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Christian women persecuted disproportionately

The Leuven Consultation, staged in Belgium in early June, heard that 215 million Christians are experiencing high, very high or extreme persecution in more than 50 countries, with women suffering disproportionately.

Kate Ward, Release International

Figure Image
photo: iStock

The conference of academics and activists from 23 nations heard a catalogue of disturbing crimes against women, and a call was made for the church to listen in a radical new way to Christian women who have been driven to silence by persecution and shame.

Used as weapons

In Nigeria, Christian girls are being abducted and impregnated by Boko Haram. In Egypt, extremists are paying men to abduct women, force them into marriage and convert them to Islam. And in Pakistan, women are being kidnapped, raped and forced to change their religion.

Women’s bodies are being used as weapons of war against their own communities. Along with sexual attack comes shame, and shame forces women into silence.

One of the conference speakers was North Korean refugee, Mrs Haeyoung Park, whose Christian parents were killed by the state. As was a woman caught praying in a prison camp in North Korea: ‘A prisoner reported to the guard that she praying. So the guard took her to the investigation room and tortured her,’ said Mrs Park. ‘They hanged her upside down, burnt her with fire, cut her legs and beat her. And that’s how she died.’

Christian families

The conference heard that entire Christian families, including women and children, are being killed in North Korean prison camps resembling concentration camps – complete with gas chambers.

Eighty per cent of those who try to flee North Korea are women. Some are Christians escaping persecution, while some become Christians on the journey. Many fall prey to traffickers and are drawn into sexual slavery in China, before escaping and making their way to South Korea.

In Egypt and Pakistan, young girls are being abducted and forced to convert to Islam. Katherine Sapna, the director of the Pakistan NGO, Christians’ True Spirit, which supports the Christian families of kidnap victims, said: ‘Twelve-year-old Naina from Lahore was abducted by Muslims because she was a Christian. She was held for six months, gang-raped by four men and tortured severely. She was burnt in the body and her sensitive body parts were damaged. She had two abortions because of the rape.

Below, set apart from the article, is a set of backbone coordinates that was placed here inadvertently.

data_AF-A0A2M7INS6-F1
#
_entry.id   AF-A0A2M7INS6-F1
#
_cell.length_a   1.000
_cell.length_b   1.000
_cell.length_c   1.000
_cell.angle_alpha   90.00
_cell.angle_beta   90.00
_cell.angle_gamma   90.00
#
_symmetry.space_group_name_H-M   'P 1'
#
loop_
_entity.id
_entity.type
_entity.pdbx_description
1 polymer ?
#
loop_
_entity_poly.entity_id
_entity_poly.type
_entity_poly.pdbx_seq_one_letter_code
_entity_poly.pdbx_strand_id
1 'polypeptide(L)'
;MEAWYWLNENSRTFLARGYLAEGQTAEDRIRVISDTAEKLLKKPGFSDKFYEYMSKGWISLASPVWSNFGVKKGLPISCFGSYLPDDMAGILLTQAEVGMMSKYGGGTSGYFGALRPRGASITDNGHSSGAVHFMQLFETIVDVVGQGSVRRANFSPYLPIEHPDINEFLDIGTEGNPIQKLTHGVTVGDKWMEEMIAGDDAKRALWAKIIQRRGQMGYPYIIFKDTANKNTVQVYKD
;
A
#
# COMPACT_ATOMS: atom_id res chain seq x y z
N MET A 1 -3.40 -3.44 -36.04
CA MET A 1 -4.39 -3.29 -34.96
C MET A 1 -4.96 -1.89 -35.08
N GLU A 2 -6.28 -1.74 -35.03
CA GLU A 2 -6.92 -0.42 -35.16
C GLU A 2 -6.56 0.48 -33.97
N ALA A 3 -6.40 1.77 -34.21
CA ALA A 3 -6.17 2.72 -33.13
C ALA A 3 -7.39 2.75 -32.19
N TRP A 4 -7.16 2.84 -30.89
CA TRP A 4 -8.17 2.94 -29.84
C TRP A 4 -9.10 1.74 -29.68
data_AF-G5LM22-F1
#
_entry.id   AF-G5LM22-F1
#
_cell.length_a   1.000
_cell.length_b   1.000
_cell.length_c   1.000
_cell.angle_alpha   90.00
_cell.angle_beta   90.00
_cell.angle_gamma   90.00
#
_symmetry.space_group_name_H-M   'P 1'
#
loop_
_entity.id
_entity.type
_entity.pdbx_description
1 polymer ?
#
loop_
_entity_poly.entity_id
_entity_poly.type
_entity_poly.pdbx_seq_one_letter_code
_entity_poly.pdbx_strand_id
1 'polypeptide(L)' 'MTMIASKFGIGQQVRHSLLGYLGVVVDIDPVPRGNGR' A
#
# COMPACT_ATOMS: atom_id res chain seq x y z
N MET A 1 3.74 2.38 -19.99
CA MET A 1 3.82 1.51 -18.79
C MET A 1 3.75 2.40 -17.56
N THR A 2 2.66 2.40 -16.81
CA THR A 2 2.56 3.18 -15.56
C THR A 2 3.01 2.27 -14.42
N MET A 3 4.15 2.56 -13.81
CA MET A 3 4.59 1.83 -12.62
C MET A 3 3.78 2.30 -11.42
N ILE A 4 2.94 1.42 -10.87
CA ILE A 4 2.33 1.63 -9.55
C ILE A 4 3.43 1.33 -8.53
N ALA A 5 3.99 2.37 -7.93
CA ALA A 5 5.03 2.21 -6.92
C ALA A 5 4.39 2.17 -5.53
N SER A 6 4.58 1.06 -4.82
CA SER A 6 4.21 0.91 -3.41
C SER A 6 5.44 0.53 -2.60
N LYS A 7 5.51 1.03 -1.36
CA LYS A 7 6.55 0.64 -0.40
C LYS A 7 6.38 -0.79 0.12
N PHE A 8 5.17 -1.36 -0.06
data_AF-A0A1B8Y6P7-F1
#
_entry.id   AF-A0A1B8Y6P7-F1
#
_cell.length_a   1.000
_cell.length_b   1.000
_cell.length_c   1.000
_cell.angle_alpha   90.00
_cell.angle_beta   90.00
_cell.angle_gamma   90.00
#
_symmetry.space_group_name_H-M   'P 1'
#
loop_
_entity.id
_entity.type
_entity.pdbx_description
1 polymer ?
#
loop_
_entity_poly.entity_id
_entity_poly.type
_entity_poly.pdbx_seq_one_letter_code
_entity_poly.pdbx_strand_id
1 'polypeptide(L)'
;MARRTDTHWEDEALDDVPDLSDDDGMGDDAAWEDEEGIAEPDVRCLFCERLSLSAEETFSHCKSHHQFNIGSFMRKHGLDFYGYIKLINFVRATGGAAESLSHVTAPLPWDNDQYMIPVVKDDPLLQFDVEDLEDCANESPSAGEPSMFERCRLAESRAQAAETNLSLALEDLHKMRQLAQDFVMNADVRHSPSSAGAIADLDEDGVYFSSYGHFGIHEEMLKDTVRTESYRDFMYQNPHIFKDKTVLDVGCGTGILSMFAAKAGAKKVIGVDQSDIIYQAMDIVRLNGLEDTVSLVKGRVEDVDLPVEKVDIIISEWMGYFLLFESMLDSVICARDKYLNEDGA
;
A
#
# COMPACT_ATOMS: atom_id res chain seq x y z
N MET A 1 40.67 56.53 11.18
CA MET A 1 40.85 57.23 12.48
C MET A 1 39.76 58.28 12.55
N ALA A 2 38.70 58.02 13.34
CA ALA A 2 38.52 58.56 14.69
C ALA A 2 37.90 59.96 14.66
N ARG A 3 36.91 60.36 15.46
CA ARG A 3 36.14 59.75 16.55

‘Another girl, Shazia, was kidnapped from a small village of Kasur and taken to Karachi by Muslims. She was forced to work as a prostitute. When she was unwilling to do this job, acid was thrown down her throat, and her stomach was destroyed. She has suffered major trauma and we are trying to help her become a normal person.’

Girls who are brought back often face shame and discrimination because they have been violated. Entire families can find themselves ostracised by the communities who should be best placed to support them, because of a culture of ‘honour’ and shame. It can drive rape and kidnap victims to suffer in silence.

Most vulnerable

Ms Sapna said Christian women in Pakistan were the most vulnerable members of their society. Under shar’ia law the legal evidence of women is worth only half that of a man, and in certain cases, the evidence of a Christian is worth half that of a Muslim.

‘This can leave the non-Muslim woman without a means of defence in court,’ said Olivia, a legal specialist. ‘And where you get the intersection of gender discrimination and persecution, gender-restrictive laws can be absolutely lethal to women.’

Persecution can range from the dramatic to the dull, from the weaponisation of women’s bodies to the mundane daily pressure of discrimination, said Dr Susan Kerr, of Christian Solidarity Worldwide.

‘Women can face many different types of discrimination due to their faith. This can vary from exclusion and segregation in different spheres of public life, to so-called honour killings – murder – because of who they are and what they believe. It can include dowry deaths or acid killings, just because they are women of a particular religion.

‘We see the weaponisation of the woman’s body as a means of sending a message to a religious community. Why did Boko Haram kidnap young girls in Nigeria? The violence perpetrated against those girls was a message to send fear to their community.’

The problem can seem overwhelming, said joint conference organiser Helene Fisher from Open Doors International: ‘The vulnerability of Christian women is being deliberately exploited to maximise the damage to the entire church.

‘But as Christians we have an extra path, which is to say: ‘I am here listening to you as your sister in Christ, who loves you and cares for you and wants to know how to come alongside you.

‘And when we establish that link, hearts open, because we are in that ultimate trust relationship, which is sitting as sisters together before our heavenly father, and we are covered by his protection.’

Refuse to accept this

‘The message this year is that we must refuse to accept discrimination as a woman’s lot in life,’ said conference organiser Kate Ward. ‘It’s all too easy just to shrug and accept these cultural differences, to walk away and leave these women marginalised and alone. We will be producing a call to the global Church, a call to find new ways of listening to Christian women who have been driven to silence.’

That message is supported by Paul Robinson, the CEO of Release International: ‘We must make sure we don’t just listen to the men. Let’s make sure there are protected places, safe places for the women-only voice, so that we can hear them more fully and give them the value they deserve.’